Goodlatte defends data encryption, calls on tech companies to develop stronger measures

U.S. Rep. Bob Goodlatte (R-VA) defended data encryption in a recent column and said technology companies should take steps to make encryption more secure.

Goodlatte made his remarks in the wake of a federal judge ordering Apple to help the FBI retrieve encrypted data from a phone used by a perpetrator of the terrorist attack in San Bernardino, Calif. Apple has appealed the court order.

“The question is not whether encryption should exist – it must exist and technology companies must deploy stronger, more effective encryption just to keep us and our information safe from ever-increasingly effective attacks by criminal enterprises, foreign governments and just plain hackers,” Goodlatte wrote. “Apple has designed its new encryption technology to be so secure that even Apple does not have a key to unlock it – only a user’s secret password is able to unlock the phone.”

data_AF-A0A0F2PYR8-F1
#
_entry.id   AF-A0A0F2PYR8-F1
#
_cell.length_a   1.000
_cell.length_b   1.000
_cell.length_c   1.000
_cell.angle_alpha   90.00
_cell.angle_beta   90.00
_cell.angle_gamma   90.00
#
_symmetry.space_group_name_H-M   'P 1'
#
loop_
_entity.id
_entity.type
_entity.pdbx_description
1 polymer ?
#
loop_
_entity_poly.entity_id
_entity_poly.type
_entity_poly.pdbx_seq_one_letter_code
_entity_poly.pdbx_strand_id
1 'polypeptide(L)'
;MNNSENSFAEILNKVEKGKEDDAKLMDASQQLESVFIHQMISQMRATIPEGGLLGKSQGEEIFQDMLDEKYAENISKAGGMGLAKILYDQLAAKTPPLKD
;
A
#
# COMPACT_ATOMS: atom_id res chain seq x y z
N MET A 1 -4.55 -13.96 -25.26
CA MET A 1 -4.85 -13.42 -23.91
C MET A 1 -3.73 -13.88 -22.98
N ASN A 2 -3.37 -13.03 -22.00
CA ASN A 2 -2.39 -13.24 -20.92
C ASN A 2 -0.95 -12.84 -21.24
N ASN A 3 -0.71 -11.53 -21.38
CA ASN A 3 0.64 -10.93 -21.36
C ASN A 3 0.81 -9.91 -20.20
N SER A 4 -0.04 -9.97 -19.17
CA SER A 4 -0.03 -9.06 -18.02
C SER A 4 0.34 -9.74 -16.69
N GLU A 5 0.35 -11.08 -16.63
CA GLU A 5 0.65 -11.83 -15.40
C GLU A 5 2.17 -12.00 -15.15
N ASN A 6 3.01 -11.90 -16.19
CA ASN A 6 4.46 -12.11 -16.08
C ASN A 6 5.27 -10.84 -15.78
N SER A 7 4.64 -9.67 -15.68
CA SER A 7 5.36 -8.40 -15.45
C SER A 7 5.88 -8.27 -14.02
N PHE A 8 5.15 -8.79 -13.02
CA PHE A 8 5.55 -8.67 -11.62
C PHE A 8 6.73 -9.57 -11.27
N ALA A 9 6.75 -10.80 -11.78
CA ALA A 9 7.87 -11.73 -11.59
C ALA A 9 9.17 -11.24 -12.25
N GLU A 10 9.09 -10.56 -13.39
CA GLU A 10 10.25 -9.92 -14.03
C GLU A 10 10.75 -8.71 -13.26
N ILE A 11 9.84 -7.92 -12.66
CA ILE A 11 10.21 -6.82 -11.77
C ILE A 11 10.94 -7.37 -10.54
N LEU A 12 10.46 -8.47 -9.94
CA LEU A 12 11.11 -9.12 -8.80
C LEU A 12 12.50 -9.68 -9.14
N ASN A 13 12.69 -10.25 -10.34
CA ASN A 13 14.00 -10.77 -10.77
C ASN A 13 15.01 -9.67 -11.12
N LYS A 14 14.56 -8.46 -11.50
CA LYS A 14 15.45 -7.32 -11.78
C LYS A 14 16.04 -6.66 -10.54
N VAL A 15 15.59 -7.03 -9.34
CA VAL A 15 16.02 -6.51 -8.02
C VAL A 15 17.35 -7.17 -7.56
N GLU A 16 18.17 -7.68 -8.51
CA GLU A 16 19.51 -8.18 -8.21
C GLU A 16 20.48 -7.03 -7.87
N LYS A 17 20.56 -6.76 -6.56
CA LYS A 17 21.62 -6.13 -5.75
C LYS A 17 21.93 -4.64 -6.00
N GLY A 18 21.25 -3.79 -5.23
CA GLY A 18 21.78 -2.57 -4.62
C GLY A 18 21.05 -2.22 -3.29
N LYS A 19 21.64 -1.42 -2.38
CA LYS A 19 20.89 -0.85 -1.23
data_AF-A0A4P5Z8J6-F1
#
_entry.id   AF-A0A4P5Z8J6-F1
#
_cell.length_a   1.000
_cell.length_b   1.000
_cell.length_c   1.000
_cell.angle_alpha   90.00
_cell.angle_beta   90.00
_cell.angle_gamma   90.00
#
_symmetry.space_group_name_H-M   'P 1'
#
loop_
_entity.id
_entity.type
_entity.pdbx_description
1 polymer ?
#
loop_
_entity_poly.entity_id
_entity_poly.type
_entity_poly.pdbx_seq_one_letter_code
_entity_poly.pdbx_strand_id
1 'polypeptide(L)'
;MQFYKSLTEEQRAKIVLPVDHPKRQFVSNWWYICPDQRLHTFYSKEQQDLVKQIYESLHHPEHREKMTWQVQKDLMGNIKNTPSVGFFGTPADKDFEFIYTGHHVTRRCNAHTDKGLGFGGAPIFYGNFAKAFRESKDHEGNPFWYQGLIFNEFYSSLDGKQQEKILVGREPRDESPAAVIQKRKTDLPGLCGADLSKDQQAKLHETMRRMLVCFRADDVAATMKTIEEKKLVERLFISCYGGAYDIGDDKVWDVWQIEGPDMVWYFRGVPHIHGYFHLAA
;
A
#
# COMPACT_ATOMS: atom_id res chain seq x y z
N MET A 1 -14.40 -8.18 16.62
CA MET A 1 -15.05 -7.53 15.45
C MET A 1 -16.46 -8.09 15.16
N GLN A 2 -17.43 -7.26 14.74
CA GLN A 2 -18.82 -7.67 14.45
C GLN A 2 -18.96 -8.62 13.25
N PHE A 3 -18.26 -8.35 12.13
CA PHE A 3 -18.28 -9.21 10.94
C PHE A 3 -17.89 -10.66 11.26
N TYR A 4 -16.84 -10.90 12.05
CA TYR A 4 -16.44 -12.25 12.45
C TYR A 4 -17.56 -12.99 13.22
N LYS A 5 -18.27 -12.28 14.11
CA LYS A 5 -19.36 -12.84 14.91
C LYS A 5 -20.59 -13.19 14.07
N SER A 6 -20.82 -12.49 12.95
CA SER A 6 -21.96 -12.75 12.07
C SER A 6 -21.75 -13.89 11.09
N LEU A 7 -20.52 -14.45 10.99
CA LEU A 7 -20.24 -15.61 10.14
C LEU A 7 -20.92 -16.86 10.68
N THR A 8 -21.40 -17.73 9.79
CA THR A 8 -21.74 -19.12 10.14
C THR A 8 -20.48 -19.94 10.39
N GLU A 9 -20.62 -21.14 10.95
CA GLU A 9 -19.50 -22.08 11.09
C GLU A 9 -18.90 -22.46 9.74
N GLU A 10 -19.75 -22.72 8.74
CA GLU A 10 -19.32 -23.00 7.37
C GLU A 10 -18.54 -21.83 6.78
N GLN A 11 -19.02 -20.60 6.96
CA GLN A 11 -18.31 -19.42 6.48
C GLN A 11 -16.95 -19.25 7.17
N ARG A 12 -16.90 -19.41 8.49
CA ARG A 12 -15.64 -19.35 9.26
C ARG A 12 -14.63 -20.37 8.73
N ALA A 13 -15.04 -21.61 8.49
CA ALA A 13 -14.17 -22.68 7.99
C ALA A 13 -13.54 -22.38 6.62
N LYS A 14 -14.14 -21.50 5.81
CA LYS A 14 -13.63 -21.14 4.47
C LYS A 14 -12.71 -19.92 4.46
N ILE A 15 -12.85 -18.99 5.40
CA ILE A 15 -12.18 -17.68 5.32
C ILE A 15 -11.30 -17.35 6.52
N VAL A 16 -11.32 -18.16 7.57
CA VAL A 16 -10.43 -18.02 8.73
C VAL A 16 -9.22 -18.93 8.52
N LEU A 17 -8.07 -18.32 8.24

FBI Director James Comey and Apple’s general counsel both testified at a House Judiciary Committee hearing on encryption. Goodlatte is the chairman of the committee.

“As we move forward, we must find solutions that allow law enforcement to effectively enforce the law without harming the privacy protections and safety of U.S. citizens who, knowingly or not, rely on increasingly stronger encryption,” Goodlatte wrote. “This is an issue that must be resolved by Congress and not left to the courts to interpret laws that never contemplated the issues facing the nation today.”

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